Australian Security Company Makes U.S. Launch With Focus On SIEM

An Australian security company entered the U.S. market Thursday with a plan to both disrupt and complement established security vendors in the threat management market.

Huntsman Security, as it will be known in the U.S., offers a portfolio that includes a broad range of Security Information Event Management (SIEM) technology that provides real-time insight into preventing cyberattacks.

The U.S. launch of the company also includes the global release of the Huntsman Unified Console, which aggregates the output of SIEM environments from multiple vendors, including Splunk, Hewlett-Packard ArcSight, Q1 Labs and Huntsman Security's own technology, into a single dashboard for a consolidated view of enterprise threats.

[Related: Verizon Report: Top 9 Causes Of Data Breaches]

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Tier-3, as it is known in Australia, already is established on a global scale, including in Australia, the United Kingdom and Japan. The company is recognized for developing a patented behavior anomaly detection technology.

As it breaks into the U.S. market, CEO Peter Woollacott said the company will compete with vendors such as AppSense; Q1 Labs; McAfee, part of Intel Security; and Splunk but also will collaborate with them as it works to aggregate their solutions in a single pane of glass.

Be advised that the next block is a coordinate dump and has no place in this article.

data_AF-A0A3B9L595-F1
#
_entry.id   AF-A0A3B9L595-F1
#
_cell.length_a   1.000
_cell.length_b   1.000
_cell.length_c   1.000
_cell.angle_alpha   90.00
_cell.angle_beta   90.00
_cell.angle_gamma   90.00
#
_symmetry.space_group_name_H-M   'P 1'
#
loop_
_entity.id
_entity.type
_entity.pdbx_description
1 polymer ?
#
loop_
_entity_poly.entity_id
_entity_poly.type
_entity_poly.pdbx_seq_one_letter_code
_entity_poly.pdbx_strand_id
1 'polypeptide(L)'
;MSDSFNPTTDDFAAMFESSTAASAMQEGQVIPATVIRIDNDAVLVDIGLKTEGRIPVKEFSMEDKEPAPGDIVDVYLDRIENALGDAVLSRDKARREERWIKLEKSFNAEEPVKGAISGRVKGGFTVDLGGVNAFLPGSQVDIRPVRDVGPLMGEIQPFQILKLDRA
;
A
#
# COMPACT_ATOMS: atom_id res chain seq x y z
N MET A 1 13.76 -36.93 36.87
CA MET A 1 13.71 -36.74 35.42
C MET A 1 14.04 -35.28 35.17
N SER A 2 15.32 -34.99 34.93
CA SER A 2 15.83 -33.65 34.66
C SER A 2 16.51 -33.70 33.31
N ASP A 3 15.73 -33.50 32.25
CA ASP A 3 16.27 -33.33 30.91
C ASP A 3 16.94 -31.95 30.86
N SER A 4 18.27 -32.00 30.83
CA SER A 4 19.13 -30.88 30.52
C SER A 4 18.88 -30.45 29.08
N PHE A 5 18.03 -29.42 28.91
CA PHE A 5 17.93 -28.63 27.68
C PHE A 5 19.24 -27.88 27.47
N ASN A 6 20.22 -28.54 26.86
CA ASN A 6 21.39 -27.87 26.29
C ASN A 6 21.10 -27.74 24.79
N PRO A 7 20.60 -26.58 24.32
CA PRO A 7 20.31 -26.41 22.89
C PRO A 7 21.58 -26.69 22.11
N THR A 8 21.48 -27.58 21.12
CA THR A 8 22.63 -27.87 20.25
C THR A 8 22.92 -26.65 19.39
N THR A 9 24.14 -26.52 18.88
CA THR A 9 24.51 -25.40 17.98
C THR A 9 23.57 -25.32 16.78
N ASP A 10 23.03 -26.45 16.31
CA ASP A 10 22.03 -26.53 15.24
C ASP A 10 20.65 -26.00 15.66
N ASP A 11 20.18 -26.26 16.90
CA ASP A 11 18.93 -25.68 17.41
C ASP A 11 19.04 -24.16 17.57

"I think, in one sense, we're definitely competing with them; no question about that," Woollacott said. "But, in another sense we're complementing them. ... Being able to complement the capabilities of those technologies and give a global view of what's happening at the enterprise is a significant step forward in the threat management process."

Woollacott said that approach is especially important as the SIEM market evolves from a more simple compliance process to a demand from clients for real-time actionable information. Many offerings today struggle with the volume of information and speed required to meet that demand, he said, but aggregation helps remediate that problem.

"There's no question that cybersecurity and cyberthreats are an increasing problem that we're increasingly struggling to battle with, both in terms of the amount of information that we'll need to make decisions upon and the speed with which we have to make those decisions, and the inclusive risks to organizations that those lead to," Woollacott said.

"SIEM is struggling to keep up in lots of ways because what people want now is ... resolution, they want remediation. ... Increasingly, they're looking for real-time capabilities and real-time security and compliance reporting," he continued.

Woollacott said the company's go-to-market approach is strongly built around MSPs, which account for 40 percent of sales in its existing regions. Huntsman has established an office in San Francisco and has been having discussions with several U.S. partners, he said.

In particular, Woollacott said the company is looking to add security specialists that can guide clients through SIEM technology and then provide recommendations to prioritize and resolve problems.

"That is a major channel for us," Woollacott said. "I think that will be the major channel. I think that will become a major channel for the provision of security monitoring full-stop as people battle with an increasing number of threats and few expert people to manage those threats so people turn to manage service providers to assist them."